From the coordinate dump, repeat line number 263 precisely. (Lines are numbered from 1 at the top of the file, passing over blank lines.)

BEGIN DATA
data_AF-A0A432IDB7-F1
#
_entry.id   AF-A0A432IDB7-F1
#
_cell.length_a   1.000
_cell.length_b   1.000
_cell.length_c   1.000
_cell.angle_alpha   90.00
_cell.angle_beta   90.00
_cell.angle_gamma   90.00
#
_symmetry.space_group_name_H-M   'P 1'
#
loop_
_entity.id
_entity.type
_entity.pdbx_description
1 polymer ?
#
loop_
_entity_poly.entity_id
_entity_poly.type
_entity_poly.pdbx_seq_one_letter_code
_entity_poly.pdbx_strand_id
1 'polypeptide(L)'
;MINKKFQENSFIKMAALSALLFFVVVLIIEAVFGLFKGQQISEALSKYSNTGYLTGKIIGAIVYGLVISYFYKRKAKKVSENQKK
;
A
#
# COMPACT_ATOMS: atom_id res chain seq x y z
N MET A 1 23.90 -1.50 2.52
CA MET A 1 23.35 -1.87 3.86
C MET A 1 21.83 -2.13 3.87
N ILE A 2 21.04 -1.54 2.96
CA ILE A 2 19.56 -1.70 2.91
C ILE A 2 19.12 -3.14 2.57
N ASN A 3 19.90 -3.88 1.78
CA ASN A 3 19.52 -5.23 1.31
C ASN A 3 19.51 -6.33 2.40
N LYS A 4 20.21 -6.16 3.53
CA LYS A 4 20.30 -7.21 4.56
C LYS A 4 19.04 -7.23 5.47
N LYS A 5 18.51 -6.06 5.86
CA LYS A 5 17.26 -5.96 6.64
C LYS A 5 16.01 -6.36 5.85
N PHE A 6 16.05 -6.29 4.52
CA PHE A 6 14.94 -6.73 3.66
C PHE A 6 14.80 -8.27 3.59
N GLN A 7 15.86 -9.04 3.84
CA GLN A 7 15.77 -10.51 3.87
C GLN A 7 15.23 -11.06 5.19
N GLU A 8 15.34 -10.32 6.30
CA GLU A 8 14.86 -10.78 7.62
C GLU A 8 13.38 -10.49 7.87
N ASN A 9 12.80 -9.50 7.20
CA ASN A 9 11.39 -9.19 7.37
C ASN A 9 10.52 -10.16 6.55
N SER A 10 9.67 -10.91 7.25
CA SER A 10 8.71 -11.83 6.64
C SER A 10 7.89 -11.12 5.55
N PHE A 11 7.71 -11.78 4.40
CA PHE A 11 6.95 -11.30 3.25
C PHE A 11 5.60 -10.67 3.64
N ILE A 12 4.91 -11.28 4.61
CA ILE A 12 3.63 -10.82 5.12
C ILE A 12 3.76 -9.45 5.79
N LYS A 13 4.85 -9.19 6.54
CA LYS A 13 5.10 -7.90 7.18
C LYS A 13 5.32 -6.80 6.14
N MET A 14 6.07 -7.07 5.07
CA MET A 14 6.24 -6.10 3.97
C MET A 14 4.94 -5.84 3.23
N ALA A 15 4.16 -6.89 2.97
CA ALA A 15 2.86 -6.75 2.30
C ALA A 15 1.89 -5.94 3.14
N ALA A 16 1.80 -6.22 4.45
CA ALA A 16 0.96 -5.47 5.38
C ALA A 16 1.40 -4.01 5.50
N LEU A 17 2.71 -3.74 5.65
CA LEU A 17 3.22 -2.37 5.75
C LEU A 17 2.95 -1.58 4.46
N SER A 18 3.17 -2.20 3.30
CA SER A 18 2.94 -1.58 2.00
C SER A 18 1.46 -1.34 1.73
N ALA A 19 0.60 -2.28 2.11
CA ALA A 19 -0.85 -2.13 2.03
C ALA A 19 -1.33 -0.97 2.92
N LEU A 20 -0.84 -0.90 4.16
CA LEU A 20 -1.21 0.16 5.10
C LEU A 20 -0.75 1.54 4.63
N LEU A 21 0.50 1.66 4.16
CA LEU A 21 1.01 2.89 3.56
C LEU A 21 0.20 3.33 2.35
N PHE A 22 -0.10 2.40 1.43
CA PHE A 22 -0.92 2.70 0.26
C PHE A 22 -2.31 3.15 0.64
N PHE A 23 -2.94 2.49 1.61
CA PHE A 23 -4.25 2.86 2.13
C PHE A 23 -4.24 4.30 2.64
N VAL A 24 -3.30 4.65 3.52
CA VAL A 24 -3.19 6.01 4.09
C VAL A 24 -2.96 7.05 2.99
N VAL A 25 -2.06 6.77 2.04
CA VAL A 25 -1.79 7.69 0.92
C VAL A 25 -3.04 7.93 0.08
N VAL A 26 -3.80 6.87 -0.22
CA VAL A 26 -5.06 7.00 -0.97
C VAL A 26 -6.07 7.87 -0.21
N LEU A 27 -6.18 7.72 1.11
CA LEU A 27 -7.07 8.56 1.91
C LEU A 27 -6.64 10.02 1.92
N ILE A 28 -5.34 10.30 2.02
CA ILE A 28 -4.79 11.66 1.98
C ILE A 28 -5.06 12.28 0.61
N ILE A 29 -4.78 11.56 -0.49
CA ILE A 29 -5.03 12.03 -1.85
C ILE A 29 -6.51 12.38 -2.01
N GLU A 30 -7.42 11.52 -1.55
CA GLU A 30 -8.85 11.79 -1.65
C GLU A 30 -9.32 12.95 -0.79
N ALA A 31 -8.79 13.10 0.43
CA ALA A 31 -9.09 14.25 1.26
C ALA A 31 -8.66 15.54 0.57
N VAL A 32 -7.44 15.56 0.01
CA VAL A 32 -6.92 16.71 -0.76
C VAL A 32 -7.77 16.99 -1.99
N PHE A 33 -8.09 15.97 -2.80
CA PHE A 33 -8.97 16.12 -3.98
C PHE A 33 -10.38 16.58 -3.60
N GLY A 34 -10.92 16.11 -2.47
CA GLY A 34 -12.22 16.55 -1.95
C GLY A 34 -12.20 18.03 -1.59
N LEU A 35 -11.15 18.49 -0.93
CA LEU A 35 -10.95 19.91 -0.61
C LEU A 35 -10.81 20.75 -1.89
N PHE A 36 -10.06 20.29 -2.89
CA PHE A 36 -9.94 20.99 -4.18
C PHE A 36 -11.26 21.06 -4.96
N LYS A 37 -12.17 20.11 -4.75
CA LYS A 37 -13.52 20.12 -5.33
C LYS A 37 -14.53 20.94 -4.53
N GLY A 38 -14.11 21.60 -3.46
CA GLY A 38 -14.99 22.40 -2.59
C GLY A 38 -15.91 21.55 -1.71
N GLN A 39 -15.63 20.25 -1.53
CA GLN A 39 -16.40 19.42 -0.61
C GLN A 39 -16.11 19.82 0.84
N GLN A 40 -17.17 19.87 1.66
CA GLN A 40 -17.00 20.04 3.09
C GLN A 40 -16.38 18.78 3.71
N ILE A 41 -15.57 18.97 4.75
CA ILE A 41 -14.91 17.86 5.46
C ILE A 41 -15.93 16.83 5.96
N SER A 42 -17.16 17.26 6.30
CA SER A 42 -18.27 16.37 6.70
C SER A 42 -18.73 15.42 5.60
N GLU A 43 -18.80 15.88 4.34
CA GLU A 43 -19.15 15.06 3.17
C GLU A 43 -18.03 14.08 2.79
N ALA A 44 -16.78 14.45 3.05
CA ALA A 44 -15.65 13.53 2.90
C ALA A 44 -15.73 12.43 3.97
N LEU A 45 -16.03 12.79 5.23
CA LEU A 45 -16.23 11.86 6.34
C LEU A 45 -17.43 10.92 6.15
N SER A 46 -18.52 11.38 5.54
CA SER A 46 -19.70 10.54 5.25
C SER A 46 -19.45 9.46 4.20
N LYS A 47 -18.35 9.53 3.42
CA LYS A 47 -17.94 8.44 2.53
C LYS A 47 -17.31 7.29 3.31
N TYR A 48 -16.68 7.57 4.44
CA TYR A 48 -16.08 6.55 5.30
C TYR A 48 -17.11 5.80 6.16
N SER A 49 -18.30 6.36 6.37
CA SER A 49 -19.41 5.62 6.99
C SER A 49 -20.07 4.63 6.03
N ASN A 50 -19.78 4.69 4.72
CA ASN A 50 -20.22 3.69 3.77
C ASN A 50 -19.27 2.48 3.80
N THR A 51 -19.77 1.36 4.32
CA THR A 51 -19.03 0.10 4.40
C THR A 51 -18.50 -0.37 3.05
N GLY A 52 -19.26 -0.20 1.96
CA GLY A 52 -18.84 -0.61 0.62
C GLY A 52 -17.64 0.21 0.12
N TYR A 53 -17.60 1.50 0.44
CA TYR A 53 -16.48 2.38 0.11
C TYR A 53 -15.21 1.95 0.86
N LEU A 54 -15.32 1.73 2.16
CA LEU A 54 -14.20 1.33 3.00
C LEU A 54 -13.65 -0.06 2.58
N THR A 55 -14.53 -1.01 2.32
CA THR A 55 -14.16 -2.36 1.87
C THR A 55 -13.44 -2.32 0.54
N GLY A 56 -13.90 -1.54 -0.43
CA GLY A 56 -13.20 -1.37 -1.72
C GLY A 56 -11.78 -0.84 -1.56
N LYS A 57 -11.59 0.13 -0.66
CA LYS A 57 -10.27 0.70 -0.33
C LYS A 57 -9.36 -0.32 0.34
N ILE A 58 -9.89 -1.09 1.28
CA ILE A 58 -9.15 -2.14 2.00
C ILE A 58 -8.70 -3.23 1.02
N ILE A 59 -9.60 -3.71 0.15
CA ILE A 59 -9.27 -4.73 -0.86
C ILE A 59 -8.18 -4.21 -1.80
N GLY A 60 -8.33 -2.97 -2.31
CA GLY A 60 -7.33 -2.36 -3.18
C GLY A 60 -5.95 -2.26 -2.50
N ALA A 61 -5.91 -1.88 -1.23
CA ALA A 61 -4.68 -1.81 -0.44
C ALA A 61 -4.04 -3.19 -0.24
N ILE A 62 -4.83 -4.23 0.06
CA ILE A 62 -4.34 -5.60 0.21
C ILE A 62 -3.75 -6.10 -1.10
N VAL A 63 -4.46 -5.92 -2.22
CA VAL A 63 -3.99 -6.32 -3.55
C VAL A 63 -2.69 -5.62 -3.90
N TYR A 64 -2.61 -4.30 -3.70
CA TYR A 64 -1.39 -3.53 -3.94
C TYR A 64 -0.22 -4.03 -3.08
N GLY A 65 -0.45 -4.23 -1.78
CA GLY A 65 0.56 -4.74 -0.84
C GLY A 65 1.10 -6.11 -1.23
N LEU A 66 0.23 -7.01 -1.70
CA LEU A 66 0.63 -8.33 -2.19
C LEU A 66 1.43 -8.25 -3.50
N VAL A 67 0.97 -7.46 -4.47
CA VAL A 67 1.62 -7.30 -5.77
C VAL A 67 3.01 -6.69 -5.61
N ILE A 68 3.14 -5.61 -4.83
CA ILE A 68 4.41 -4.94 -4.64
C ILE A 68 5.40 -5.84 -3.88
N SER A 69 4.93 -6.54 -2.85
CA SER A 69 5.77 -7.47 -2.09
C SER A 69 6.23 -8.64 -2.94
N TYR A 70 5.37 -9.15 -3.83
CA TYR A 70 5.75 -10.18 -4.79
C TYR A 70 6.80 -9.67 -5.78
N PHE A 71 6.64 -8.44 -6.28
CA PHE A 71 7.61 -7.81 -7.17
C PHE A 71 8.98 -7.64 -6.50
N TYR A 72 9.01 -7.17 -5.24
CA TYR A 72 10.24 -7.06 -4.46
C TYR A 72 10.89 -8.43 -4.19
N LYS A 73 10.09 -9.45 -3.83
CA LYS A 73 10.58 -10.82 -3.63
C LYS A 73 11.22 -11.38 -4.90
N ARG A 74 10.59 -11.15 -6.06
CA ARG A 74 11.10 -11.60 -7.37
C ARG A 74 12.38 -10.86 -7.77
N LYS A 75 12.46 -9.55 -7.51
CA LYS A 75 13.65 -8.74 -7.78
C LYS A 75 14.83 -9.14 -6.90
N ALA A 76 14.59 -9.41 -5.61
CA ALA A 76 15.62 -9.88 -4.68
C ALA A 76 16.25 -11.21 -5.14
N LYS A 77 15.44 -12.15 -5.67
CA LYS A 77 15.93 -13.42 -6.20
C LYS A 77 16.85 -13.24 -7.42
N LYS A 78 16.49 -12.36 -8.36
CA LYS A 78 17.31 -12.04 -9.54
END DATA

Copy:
CA LYS A 78 17.31 -12.04 -9.54